Bomb attack kills 16, injures 70 at Pakistan market
Bomb attack kills 16, injures 70 at Pakistan market
The bomb exploded in a small market near a bus stop, killing and wounding people waiting for buses to take them across the northwest and to other parts of the country, according to officials.
Pools of blood and charred pieces of human flesh littered the roadside, along with at least 20 burnt vehicles, said an AFP reporter. Clothes, school books, children’s shoes and burqas lay everywhere.
Jamrud is in Khyber district, which is part of Pakistan’s semi-autonomous tribal belt where the Taleban and Al-Qaeda-linked groups have strongholds.
A government office of the district administration was around 100 meters from where the bomb detonated but was not damaged in the attack, according to an AFP reporter.
“At least 16 people were killed and 71 others wounded in the blast caused by an explosive-laden car, which had been parked very close to the waiting area for passengers,” Khyber’s most senior administration official, Mutahir Zeb, told AFP.
He said ordinary civilians and not the government office, some distance from the explosion, were the target.
“We are still are ascertaining what procedure was exactly used to blow up the vehicle,” he said.
Local administration official Jehangir Azam also confirmed that 16 people died.
“The blast also damaged 10 vehicles and more than 15 shops in the market,” Azam told AFP.
Officials had earlier said 12 people were killed.
Two intelligence officials, speaking on condition of anonymity, said the explosives had been packed into a Suzuki Alto vehicle.
Pakistan suffers frequent bomb and suicide attacks blamed on Islamist militant groups. Its troops have for years been fighting against homegrown armed groups in the tribal belt.
On Saturday, a suicide squad of five targeted the airport in Peshawar, the main northwestern city close to Jamrud, killing five civilians and blowing a hole in the perimeter wall.
The assault, claimed by the Pakistani Taleban, sparked prolonged gunfire and forced authorities to close the airport, a commercial hub and Pakistan Air Force (PAF) base on the edge of the tribal belt.
It was the second Islamist militant attack in four months on a military air base in nuclear-armed Pakistan.
On Sunday, a policeman and five militants were killed following gun-battles between security forces and militants suspected of having been involved in the airport attack, security officials said.
The government says more than 35,000 people have been killed as a result of terrorism in the country since the 9/11 attacks on the United States.
There has, however, been a noticeable decline in the number and severity of attacks since 2009, when the Pakistan army fought major operations against local Taleban in the northwestern district of Swat and the tribal district of South Waziristan.
According to an AFP tally there have been more than 100 bombings, killing 550 people, so far this year, compared to 203 recorded in 2009, when the death toll was tallied at 1,840.
80 nations attend terror financing conference in Paris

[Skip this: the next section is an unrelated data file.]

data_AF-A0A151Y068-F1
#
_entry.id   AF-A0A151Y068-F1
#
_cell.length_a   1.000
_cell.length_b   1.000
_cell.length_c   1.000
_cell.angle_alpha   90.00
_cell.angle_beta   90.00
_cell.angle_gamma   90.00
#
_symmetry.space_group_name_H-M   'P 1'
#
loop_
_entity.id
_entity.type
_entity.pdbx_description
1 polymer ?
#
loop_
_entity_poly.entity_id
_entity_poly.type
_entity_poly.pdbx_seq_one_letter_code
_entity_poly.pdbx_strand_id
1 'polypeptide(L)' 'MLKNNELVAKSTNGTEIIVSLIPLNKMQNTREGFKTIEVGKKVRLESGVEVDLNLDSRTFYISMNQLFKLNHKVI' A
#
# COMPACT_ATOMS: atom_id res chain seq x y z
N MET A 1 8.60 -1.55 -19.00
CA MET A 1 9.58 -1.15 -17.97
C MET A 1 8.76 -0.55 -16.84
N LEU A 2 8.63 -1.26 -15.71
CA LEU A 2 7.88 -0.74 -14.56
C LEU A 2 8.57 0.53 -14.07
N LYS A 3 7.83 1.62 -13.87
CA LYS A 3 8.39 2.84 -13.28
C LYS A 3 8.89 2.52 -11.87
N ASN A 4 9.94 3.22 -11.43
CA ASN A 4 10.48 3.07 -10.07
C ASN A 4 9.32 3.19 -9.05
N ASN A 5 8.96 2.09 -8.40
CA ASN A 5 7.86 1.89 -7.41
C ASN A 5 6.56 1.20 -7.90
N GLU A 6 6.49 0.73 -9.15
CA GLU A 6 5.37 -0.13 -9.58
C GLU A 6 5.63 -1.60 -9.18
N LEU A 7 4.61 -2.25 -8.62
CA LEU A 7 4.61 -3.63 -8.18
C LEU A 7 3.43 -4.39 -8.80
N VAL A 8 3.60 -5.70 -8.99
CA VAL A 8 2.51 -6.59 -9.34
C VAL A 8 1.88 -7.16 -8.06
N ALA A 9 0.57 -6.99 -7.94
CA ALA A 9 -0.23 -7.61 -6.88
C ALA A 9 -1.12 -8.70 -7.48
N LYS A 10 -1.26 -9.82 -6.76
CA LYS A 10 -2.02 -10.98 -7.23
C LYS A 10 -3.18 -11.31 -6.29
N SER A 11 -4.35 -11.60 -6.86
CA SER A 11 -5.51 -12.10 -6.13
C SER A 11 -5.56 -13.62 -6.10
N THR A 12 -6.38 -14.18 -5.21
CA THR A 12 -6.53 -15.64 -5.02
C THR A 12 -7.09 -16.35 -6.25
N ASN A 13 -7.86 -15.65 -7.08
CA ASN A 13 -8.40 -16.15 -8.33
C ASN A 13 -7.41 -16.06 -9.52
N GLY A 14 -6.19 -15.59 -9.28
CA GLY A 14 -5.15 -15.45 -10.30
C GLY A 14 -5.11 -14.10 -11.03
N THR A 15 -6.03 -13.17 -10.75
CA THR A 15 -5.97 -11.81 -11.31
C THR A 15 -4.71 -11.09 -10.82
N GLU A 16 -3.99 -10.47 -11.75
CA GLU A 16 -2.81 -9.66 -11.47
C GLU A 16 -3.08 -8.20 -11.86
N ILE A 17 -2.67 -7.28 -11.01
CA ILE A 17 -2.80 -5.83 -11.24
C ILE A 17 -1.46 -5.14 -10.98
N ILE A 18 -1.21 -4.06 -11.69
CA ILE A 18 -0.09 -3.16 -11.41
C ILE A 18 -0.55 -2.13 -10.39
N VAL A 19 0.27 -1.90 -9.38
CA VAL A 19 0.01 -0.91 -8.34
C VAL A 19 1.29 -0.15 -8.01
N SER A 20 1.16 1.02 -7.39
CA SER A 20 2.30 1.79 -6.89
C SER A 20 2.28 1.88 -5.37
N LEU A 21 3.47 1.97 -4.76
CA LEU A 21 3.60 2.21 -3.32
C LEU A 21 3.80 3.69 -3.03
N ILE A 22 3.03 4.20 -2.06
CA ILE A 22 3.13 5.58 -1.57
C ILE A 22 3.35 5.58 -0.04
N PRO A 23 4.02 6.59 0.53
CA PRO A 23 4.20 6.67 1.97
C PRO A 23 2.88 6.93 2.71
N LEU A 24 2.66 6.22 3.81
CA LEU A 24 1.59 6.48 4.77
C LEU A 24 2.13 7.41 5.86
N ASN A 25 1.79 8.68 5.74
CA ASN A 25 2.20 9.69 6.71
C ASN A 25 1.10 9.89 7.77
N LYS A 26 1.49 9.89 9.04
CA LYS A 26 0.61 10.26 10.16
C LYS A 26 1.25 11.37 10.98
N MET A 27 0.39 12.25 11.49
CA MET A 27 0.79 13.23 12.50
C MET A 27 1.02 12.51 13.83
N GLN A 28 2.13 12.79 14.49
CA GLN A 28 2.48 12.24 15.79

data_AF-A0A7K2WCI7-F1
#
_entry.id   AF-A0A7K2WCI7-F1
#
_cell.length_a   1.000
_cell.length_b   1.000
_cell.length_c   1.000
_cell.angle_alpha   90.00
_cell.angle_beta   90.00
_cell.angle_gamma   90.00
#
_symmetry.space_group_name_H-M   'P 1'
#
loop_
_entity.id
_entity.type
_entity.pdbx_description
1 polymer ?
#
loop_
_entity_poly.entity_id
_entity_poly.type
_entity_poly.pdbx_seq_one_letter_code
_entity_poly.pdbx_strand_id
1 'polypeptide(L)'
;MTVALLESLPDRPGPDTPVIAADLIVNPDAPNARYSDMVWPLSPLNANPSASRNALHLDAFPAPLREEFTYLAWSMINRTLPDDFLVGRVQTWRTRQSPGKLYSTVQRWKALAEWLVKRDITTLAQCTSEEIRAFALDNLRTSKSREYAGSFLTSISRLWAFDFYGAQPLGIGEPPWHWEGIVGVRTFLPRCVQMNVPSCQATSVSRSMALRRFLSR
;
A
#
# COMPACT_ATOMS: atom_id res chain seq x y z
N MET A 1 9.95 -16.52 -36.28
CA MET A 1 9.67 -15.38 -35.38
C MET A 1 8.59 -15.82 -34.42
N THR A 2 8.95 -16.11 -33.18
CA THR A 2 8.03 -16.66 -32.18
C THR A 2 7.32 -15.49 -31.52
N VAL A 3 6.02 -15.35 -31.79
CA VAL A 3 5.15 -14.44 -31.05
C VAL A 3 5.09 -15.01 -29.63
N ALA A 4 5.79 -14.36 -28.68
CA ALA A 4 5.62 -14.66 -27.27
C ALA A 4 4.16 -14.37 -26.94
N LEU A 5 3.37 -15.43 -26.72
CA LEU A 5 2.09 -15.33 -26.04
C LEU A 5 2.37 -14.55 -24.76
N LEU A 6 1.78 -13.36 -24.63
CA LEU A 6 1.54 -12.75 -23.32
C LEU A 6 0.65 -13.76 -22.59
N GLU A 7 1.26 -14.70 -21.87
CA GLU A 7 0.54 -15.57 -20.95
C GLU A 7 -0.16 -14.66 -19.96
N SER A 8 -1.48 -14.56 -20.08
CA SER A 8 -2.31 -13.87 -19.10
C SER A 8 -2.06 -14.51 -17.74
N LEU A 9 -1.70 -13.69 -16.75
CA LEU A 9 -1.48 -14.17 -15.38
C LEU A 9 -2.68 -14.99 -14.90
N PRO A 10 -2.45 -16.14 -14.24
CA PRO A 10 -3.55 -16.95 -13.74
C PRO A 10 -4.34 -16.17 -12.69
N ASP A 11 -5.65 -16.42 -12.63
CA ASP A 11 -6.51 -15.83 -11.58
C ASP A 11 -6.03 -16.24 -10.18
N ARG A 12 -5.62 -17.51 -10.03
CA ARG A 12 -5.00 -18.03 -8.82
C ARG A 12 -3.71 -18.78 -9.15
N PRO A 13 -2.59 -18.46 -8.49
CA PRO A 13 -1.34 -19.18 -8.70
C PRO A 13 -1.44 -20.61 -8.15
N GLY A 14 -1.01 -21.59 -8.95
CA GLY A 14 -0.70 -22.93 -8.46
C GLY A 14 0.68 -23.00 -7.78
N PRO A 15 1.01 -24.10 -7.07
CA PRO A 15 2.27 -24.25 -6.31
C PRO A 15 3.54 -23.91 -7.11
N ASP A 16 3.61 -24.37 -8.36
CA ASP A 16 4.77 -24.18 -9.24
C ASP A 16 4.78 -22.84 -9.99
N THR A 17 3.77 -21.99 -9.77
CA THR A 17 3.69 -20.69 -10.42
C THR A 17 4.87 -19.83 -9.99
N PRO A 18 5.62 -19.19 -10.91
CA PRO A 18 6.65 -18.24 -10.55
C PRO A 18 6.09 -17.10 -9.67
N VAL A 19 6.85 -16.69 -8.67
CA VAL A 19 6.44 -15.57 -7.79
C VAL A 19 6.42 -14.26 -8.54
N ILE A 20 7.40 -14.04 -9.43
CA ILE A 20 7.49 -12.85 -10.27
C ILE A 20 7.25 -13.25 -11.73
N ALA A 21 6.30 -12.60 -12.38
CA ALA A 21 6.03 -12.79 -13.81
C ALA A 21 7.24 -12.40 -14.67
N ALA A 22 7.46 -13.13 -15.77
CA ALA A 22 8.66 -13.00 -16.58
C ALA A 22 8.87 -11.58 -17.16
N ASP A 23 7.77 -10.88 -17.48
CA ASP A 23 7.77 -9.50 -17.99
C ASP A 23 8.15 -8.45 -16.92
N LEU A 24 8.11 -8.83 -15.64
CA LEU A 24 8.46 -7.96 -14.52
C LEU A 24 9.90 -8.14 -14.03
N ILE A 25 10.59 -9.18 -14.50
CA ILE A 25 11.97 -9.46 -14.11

- Terror attacks have become increasingly low-cost since the 9/11 atrocities in the United States in 2001
- While the Daesh group faces imminent defeat on the battlefield in Syria where the last pockets of its fighters are holding out, experts warn that its ideology will live on
PARIS: Ministers from 80 countries and nearly 500 experts gather in Paris from Wednesday for a conference on combating the financing of terror groups such as Daesh and Al-Qaeda, French officials said.
Attacks have become increasingly low-cost since the 9/11 atrocities in the United States in 2001, particularly in recent years when followers of Daesh have used vehicles and guns as their main weapon of choice.
But French authorities remain concerned about a huge war-chest amassed by Daesh between 2014 and 2016 when it ruled over large swathes of oil-rich territory in Iraq and Syria.
A French presidential official briefing journalists on Tuesday said that Daesh income was estimated at about $1 billion (820 million euros) a year.
“It has been moved since, at least in part. It’s probably somewhere,” the official said on condition of anonymity. “These groups are very skilful in using sophisticated techniques to move financial resources around.”
The idea of the two-day conference, which will close with a speech by French President Emmanuel Macron on Thursday afternoon, is to share expertise and good practice that can be implemented internationally.
The Daesh group faces imminent defeat on the battlefield in Syria where the last pockets of its fighters are holding out, but experts warn that its ideology will live on.
Some terror experts, including Peter Neumann from King’s College in London, have argued recently that the fight against the financing of terror groups has been ineffective since 2001.
In a report last year entitled “Don’t follow the money,” he argued that low-cost terror attacks were easy to mount and jihadist groups could transfer money easily without using the international banking system.
He will make a speech at the start of the second day of the conference on Thursday which will take place at the Organization for Economic Co-operation and Development in Paris.